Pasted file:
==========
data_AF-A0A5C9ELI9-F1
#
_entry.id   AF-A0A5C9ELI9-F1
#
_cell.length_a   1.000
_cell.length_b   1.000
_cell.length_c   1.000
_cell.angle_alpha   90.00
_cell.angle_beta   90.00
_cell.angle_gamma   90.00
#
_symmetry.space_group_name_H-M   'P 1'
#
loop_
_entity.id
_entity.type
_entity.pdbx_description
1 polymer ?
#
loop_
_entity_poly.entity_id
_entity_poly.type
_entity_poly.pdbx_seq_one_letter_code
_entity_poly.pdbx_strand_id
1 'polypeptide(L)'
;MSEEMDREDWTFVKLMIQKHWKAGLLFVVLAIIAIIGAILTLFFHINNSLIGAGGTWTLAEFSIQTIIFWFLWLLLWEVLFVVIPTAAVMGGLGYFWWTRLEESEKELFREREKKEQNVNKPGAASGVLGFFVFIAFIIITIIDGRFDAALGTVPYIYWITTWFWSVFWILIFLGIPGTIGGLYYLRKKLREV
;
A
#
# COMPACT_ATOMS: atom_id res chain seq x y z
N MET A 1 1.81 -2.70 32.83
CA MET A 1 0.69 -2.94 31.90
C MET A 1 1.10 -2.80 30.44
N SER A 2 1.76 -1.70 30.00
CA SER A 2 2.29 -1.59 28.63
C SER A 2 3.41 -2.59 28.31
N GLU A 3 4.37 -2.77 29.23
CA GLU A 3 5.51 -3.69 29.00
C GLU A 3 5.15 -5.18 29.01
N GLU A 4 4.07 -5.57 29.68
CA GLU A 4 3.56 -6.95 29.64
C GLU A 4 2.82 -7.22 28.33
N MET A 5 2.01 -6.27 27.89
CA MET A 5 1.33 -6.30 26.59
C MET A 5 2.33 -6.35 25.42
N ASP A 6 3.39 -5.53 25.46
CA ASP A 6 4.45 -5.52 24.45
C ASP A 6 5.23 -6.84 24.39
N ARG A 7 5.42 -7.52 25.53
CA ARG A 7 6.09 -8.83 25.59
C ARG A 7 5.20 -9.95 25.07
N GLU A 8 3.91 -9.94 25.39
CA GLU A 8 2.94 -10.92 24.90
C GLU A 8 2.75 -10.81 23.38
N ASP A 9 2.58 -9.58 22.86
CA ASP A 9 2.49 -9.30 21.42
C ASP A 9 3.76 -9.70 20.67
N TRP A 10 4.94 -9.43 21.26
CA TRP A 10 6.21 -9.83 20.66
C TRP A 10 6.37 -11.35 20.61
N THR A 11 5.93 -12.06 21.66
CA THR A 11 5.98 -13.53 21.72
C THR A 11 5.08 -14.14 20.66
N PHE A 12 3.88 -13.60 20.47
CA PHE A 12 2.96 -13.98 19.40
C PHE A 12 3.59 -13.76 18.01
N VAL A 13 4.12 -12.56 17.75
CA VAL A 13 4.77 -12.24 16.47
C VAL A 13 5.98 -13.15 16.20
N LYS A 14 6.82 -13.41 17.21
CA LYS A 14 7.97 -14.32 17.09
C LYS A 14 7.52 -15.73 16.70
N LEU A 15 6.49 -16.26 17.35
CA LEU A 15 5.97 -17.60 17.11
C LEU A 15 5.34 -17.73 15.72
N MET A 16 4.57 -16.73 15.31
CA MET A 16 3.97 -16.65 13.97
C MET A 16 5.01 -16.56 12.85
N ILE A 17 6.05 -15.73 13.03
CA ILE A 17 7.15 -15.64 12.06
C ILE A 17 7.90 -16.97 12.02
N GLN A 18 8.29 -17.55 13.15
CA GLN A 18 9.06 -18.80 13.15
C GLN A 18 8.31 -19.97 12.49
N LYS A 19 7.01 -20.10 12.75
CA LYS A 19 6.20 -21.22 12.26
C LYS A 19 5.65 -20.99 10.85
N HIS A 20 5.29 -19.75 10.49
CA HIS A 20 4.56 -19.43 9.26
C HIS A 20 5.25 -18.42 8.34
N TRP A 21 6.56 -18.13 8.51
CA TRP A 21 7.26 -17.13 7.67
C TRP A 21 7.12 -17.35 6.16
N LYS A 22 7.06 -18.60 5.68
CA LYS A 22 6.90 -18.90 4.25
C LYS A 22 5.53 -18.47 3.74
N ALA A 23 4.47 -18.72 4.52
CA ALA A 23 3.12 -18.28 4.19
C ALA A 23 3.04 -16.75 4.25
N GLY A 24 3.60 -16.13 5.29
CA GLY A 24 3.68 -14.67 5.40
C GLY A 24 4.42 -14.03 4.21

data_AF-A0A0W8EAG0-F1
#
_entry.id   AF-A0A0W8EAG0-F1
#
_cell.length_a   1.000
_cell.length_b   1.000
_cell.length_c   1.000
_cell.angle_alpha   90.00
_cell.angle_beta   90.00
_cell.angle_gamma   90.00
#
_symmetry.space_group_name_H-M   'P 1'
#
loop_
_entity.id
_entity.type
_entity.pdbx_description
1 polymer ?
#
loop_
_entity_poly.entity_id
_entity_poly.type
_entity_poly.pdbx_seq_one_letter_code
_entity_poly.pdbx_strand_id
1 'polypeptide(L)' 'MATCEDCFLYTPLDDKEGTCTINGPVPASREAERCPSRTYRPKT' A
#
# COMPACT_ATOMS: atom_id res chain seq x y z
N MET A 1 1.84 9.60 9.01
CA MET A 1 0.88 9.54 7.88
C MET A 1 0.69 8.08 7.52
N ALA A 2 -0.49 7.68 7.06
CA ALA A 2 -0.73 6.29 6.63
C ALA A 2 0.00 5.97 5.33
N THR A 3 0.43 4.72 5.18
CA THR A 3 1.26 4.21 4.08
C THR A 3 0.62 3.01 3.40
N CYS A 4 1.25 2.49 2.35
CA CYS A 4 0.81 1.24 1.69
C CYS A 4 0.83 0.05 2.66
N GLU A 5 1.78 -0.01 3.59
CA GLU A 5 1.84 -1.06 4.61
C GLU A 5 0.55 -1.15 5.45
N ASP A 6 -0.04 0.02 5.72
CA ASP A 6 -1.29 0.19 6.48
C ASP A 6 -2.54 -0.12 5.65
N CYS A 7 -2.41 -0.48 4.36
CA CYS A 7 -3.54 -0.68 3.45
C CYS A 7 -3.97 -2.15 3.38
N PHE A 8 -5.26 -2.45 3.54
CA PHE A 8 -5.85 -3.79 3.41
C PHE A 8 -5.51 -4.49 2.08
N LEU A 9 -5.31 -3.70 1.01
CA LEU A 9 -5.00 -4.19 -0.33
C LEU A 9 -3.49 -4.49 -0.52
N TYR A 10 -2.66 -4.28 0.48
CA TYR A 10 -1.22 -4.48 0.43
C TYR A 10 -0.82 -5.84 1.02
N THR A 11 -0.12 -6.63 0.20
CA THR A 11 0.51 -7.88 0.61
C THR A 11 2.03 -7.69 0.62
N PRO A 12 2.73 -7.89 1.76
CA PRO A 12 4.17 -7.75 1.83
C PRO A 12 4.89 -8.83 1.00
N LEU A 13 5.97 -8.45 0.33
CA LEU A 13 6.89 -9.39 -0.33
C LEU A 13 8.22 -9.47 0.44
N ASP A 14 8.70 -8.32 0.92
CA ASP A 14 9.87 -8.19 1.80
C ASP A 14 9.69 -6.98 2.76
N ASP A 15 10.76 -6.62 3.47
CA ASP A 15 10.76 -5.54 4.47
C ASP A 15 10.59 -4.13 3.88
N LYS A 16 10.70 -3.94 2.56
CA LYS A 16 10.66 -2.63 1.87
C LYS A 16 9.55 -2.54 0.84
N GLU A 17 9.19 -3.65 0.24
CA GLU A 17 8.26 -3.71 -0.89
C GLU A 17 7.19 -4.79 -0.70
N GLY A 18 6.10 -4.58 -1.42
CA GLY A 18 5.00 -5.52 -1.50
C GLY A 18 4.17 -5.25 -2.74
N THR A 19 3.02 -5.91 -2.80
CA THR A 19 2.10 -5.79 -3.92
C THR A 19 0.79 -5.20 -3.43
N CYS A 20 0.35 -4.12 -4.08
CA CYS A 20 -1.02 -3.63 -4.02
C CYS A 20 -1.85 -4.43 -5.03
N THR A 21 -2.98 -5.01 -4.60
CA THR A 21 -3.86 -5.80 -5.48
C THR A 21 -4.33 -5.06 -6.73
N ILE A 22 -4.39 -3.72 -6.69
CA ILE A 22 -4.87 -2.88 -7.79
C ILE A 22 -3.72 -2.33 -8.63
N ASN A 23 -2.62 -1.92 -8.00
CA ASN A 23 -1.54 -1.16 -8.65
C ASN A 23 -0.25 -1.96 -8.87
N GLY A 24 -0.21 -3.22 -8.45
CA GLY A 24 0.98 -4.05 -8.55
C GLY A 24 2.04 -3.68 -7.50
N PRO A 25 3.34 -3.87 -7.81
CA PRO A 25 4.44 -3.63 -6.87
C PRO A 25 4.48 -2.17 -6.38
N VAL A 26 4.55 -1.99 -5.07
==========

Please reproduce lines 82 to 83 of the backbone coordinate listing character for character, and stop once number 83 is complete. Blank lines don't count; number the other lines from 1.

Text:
N GLN A 18 8.29 -17.55 13.15
CA GLN A 18 9.06 -18.80 13.15